From goalie to coach - Ben Biko gives young soccer players hope

| Nwabisa Pondoyi
Photo by Nwabisa Pondoyi.

Ben Biko, a former goalkeeper, coaches young soccer players in Philippi to professional level.

He says, “I was told my chances of being a goalkeeper were very low because of my height. But I refused to give up on my dream. I decided to coach and assist the youth in any way I could to help them reach their dreams in soccer.”

Biko played his last match as a goalkeeper in 2003 for the Mother City team. A year later, he started coaching local teams. It was at a tournament in Kensington, where he coached FC Ludidi, which marked a turning point for him.

“A year after the tournament, Ajax Cape Town hired me as a scout for their under-12 team,” says Biko. “Then in 2006, I was goalkeeper coach for Sateni United under the Vodacom League. In 2009, Cape Peninsula University of Technology hired me as a goalkeeper coach for their men’s team, and as head coach for their ladies’ team.”

Biko, who is a technical director of Yizo-Yizo, a soccer team from Sesanti, says coaching and training young boys is not for him about money or recognition; it is about investing in the youth.

Mzwandile Mbodlane, a striker for Kaizer Chiefs, says, “Growing up in a township like Philippi, associating myself with soccer kept me busy and away from drugs and mischief. But that alone couldn’t have brought me where I am today. If it hadn’t been for Ben’s guidance and support along, I wouldn’t be where I am today.”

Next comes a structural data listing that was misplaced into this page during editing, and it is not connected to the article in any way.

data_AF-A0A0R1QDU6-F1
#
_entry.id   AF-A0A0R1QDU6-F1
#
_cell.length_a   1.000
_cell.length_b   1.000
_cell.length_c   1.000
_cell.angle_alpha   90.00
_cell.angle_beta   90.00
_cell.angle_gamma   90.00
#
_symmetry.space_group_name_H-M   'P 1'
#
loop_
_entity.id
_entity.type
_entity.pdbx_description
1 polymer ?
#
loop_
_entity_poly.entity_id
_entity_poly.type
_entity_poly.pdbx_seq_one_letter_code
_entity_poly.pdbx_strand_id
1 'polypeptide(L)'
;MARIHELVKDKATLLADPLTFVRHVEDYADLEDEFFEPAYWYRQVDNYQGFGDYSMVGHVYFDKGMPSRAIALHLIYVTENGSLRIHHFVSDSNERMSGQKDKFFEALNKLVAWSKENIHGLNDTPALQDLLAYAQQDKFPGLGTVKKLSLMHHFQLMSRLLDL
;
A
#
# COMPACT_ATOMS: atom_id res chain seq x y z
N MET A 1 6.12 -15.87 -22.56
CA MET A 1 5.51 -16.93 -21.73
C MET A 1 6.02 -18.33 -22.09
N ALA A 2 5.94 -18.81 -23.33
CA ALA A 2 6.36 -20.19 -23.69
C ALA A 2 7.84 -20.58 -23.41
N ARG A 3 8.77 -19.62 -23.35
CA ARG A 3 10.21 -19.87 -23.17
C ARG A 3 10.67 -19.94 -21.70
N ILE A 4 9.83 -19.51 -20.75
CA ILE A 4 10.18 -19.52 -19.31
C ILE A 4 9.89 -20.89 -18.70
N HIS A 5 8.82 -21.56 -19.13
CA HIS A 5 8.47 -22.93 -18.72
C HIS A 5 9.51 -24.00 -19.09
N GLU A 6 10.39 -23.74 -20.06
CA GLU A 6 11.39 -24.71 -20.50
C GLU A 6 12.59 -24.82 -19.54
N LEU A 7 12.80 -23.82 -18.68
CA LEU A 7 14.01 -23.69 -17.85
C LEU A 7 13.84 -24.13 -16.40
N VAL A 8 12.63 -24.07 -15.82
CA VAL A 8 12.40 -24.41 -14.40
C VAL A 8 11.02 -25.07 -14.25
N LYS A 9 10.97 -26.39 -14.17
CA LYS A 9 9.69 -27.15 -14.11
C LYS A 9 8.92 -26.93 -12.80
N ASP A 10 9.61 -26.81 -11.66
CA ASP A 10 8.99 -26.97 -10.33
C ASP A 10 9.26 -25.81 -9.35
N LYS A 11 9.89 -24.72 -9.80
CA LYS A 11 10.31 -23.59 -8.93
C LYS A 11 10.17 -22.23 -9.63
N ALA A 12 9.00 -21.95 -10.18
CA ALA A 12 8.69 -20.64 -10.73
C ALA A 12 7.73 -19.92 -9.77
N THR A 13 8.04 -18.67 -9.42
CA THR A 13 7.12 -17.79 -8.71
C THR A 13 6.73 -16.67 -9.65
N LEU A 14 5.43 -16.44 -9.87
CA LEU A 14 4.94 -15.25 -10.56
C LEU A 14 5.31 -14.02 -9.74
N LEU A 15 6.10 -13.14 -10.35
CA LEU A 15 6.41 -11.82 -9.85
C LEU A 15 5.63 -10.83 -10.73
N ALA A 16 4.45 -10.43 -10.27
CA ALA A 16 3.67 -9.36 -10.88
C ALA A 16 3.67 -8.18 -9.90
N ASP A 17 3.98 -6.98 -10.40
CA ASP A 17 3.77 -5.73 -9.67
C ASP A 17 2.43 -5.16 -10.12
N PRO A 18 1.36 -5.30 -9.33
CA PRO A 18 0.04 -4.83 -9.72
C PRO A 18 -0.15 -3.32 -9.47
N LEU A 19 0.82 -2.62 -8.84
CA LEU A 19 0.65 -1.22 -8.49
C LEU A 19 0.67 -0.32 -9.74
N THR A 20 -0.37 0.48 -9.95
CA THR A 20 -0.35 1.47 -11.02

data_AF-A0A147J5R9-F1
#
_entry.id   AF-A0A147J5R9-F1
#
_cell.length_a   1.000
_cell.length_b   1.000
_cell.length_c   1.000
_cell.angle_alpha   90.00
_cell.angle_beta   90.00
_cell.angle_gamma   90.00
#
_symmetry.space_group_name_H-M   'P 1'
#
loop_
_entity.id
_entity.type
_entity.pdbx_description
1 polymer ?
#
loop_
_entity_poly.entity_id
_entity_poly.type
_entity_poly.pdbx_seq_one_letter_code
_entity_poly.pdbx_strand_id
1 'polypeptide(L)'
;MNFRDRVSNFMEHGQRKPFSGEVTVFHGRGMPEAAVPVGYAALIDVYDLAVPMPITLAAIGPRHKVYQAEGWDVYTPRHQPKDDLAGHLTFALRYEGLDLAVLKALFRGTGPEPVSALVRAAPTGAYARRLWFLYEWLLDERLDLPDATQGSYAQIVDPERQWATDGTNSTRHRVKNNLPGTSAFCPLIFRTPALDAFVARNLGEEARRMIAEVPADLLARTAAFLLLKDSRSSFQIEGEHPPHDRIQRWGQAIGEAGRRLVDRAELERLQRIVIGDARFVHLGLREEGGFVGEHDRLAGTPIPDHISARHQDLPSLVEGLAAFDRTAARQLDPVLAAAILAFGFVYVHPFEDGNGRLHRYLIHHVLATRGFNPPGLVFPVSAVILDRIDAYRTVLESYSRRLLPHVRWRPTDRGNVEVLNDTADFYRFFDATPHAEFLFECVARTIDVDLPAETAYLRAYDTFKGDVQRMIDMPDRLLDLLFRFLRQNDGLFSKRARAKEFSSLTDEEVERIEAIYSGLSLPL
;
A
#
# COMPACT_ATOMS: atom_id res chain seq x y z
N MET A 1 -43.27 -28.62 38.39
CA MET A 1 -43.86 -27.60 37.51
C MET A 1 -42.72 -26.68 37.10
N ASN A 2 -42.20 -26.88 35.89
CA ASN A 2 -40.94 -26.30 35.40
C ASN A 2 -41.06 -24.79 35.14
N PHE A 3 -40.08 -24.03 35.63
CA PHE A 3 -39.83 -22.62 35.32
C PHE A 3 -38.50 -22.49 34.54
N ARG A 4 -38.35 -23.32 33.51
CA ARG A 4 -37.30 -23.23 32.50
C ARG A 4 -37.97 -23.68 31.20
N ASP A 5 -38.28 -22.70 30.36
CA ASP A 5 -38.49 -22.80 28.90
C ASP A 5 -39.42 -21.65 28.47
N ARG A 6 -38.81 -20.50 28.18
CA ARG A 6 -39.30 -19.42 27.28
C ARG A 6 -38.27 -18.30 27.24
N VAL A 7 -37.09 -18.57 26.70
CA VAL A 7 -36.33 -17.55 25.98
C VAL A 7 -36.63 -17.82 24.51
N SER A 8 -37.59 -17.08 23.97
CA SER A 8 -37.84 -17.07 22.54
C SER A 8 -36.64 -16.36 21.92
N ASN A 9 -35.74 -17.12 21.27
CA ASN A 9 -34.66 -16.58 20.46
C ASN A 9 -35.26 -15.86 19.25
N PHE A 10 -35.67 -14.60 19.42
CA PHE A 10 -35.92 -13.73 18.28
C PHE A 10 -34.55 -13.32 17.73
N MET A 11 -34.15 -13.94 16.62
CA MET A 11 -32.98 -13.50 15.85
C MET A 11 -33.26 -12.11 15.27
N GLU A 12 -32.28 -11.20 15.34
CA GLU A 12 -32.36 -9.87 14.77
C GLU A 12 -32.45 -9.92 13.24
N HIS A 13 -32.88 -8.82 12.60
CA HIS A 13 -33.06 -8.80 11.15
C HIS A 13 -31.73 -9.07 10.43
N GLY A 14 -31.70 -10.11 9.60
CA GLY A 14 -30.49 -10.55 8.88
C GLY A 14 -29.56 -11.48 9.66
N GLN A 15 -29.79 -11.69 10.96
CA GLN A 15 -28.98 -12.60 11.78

Unathi Dumke, a central midfielder for Gaglend United in the Vodacom League, says, “If it wasn’t for soccer I’m sure I would be smoking or doing drugs, because that is what my peers who aren’t playing are doing …. I met Ben when I was 11, and I have been playing ever since. Soccer saved my life.”

Simphiwe Mncando, a striker for Ajax Cape Town, says, “I met Ben when I was 14 and I was playing for FC Ludidi, a team he was coaching. Ajax gave me my big break. He wasn’t just a coach; he was a father to me, kept me away from mischief, and constantly motivated me to work harder and to reach my dream.”

Celeste van der Vent, an executive member of Manenberg Ladies FC, says, “These days schools are not doing enough to promote sport. If we could invest more in sports and the youth with programmes running all year around, then there would be less gangsterism. Full support from the government and private sector to help sustain and grow sports in our communities would transform how our youth think.”

“It began with a dream, and it’s the same dream that is sustaining it”, says Biko.

TOPICS:  Sport

Next:  How a patent is blocking access to a life-saving TB medicine

Previous:  Striking parking attendants allege they have not been paid since 2009

© 2016 GroundUp. Creative Commons License
This article is licensed under a Creative Commons Attribution-NoDerivatives 4.0 International License.